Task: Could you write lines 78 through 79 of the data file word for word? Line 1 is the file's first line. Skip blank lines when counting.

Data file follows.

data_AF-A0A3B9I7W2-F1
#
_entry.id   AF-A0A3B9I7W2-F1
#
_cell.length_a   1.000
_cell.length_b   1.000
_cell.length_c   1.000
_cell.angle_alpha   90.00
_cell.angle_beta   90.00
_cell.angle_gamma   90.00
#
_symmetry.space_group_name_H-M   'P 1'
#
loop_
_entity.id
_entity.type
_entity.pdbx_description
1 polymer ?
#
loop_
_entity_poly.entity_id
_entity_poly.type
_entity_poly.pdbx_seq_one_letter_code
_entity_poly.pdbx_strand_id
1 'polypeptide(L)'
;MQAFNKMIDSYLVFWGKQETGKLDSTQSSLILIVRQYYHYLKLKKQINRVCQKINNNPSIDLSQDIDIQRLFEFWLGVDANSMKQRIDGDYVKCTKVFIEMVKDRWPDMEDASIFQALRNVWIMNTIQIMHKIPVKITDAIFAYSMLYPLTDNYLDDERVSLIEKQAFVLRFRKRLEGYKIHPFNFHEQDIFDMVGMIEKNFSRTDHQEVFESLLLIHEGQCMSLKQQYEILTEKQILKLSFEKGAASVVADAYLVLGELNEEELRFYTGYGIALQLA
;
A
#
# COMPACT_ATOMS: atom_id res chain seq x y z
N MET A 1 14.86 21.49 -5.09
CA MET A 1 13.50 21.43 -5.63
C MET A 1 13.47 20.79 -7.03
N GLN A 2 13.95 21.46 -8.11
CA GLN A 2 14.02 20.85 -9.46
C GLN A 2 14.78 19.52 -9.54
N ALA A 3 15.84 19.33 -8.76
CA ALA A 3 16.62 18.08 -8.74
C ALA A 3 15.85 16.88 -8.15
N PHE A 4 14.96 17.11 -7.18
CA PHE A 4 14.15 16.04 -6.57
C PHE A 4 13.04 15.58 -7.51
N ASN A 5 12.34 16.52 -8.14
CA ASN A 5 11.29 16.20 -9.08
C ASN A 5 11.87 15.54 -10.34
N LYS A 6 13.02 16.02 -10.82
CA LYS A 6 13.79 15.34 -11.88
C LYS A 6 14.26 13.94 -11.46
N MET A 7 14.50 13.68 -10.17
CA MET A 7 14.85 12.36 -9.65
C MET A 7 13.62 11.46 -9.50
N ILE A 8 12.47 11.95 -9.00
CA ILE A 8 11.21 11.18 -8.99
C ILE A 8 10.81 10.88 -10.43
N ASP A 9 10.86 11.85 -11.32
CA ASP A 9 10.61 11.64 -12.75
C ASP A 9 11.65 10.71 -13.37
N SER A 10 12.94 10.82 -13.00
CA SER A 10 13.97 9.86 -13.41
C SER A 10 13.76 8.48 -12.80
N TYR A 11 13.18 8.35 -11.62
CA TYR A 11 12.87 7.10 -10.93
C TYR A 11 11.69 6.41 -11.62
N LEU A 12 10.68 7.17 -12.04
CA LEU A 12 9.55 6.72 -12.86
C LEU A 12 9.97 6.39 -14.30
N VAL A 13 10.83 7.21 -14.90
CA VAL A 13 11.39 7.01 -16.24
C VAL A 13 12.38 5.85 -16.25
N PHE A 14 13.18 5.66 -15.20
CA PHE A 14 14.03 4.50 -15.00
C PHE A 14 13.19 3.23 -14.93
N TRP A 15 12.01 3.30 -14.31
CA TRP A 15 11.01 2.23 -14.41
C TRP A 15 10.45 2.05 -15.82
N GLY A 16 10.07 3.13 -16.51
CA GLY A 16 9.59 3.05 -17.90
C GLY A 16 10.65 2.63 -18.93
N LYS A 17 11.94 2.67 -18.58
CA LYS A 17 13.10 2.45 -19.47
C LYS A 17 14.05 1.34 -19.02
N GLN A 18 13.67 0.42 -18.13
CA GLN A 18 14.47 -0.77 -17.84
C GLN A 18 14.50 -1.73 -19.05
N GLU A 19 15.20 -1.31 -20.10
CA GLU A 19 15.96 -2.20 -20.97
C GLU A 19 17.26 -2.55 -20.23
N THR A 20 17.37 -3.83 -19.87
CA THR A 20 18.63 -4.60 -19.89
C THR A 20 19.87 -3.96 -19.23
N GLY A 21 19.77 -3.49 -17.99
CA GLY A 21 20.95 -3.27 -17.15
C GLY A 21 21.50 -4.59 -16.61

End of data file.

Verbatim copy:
C GLY A 16 10.65 2.63 -18.93
N LYS A 17 11.94 2.67 -18.58